I triggered Lost Mode. Again, I stood motionless—probably much like a T-1000—and carefully watched the teen’s phone screen in the dark of the museum’s North American diorama room. He was pointing his camera around, trying to get a good angle on another photo of his mother, whom he had been sweetly cheesing with all afternoon. I softened, I admit, toward this unrepentant adolescent criminal who was also so kind to, and appreciative of the company of, his mother. Eventually, without any apparent notification, he took his photo, put his phone away, and drifted with his family back to the hall. God damn it!

I stood framed in the diffuse light of a diorama of taxidermied walruses. At this point, I had to consider that I might have had the wrong guy. But the location dot was moving so precisely in tandem with the family and myself. No other parties, so far as I could tell, were moving along with us. No one else was using AirPods that I could see. Did Lost Mode not produce a notification? Maybe it was a text, or an email, or a pop-up? I tried to Google what all the Find My interventions were supposed to look and sound like. But my single bar of phone reception wasn’t sufficient to wade through all the SEO cruft of How to Use the Find My to Find Your AirPods [47 pages of overly simplified text instructions on everything I’d already just done].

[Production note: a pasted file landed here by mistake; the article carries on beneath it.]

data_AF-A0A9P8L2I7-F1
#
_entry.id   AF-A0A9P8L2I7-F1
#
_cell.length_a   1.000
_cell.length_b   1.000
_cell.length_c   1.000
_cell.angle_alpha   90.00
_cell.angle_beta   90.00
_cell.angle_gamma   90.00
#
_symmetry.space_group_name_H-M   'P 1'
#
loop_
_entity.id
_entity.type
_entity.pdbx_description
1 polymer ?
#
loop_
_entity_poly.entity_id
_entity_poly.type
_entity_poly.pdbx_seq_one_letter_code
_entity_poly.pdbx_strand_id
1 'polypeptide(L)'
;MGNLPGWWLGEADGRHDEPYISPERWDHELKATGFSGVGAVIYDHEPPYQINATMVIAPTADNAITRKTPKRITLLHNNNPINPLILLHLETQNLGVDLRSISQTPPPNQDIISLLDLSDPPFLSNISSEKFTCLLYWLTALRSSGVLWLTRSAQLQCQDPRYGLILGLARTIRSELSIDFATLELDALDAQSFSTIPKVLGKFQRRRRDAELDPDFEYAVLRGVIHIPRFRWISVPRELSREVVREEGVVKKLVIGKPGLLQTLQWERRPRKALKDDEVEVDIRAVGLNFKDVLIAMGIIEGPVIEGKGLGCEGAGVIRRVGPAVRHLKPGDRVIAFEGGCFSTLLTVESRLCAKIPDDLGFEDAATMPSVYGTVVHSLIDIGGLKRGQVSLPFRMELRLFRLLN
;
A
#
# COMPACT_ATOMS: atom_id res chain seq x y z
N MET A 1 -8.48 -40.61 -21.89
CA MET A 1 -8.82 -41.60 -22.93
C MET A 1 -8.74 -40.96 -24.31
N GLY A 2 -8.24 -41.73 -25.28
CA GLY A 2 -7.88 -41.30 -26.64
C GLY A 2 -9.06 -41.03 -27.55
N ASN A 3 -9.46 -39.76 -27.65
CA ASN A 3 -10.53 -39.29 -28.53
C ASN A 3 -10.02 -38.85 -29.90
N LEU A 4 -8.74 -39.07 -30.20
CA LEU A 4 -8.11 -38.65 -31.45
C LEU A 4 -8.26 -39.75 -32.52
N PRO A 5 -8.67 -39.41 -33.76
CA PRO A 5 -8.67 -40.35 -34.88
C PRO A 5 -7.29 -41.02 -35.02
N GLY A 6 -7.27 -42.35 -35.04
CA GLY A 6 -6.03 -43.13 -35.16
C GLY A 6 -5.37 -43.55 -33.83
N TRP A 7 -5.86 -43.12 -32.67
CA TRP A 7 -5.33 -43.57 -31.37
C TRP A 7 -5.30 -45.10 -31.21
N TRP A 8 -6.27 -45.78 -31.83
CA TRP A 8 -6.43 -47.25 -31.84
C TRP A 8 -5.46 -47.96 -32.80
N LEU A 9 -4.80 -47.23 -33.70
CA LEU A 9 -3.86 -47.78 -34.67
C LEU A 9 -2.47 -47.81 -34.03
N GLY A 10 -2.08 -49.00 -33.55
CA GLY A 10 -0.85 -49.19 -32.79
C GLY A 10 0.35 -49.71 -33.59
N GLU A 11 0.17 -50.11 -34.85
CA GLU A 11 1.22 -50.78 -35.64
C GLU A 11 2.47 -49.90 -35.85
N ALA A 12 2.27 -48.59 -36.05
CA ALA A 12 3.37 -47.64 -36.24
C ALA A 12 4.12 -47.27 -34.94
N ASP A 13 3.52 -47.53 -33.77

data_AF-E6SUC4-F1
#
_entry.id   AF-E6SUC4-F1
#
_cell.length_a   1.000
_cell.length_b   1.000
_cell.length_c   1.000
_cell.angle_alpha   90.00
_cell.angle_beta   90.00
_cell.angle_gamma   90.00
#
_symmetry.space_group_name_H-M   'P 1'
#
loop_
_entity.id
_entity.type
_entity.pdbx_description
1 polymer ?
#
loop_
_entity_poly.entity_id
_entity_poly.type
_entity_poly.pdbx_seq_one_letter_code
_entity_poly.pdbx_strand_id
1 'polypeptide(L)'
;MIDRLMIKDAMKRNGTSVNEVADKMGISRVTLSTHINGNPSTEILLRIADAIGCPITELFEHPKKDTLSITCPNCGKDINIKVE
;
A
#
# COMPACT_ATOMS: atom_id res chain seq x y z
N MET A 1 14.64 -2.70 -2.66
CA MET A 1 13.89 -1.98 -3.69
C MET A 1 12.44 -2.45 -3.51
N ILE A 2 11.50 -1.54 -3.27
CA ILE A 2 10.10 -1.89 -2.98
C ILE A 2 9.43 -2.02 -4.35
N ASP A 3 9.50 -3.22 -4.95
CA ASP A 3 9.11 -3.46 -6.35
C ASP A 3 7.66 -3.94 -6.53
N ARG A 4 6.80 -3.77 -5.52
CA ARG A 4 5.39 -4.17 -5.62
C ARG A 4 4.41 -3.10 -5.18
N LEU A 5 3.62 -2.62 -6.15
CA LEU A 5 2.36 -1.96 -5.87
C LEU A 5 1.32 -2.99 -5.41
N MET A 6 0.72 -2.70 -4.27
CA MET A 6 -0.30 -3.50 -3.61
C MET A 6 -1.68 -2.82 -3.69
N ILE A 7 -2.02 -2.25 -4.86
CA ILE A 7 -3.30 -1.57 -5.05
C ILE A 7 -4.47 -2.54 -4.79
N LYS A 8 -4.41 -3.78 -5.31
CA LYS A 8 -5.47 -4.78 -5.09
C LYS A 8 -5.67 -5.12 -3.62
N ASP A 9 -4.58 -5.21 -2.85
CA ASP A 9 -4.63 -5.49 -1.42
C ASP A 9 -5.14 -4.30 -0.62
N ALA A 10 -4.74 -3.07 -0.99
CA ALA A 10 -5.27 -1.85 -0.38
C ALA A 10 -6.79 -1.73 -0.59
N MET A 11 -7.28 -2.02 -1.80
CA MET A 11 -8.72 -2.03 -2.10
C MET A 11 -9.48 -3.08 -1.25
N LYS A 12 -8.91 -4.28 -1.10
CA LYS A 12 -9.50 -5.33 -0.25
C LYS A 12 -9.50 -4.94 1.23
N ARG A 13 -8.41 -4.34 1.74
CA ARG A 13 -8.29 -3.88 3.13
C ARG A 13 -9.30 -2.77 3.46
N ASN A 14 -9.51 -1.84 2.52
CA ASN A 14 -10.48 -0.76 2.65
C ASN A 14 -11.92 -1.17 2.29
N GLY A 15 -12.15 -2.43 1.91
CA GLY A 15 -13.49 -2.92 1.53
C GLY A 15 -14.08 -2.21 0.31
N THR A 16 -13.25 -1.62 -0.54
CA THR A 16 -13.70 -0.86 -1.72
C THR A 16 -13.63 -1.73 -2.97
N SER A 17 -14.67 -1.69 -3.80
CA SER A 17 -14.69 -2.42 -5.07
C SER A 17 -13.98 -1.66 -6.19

I checked the map, and my heart leapt again when it showed the location was now just outside the front of the museum. They were leaving. I rushed out, frantically circling the terraced courtyard. No sign of them. As I circled, the dot didn’t follow me; it seemed to have come to rest exactly where a trash can sat. I asked a nearby attendant if we could check the garbage for my stolen AirPods. The nearly-empty bag yielded nothing. 15, 20, 25 minutes passed, and the dot stopped updating. From what I could tell, this may have meant that the thief had put the AirPods away. The trail had gone cold.

Later that night, the AirPods were back sitting squarely in that house in the suburbs. Seamus, a True Crime head, peppered me with questions about my investigation, demanding to know what I found out and when. I hadn’t confronted the teen, either out of reasonable caution or petty cowardice. I told him I hadn’t been able to produce unequivocal evidence–a beeping gun–proving that what I thought were mine, were actually mine. “I think I’ve kind of painted myself into a corner,” I told him, “where I wouldn’t confront someone who looks like they would murder me, but I also wouldn’t confront someone who looks too nice. Everyone is going to be one or the other.”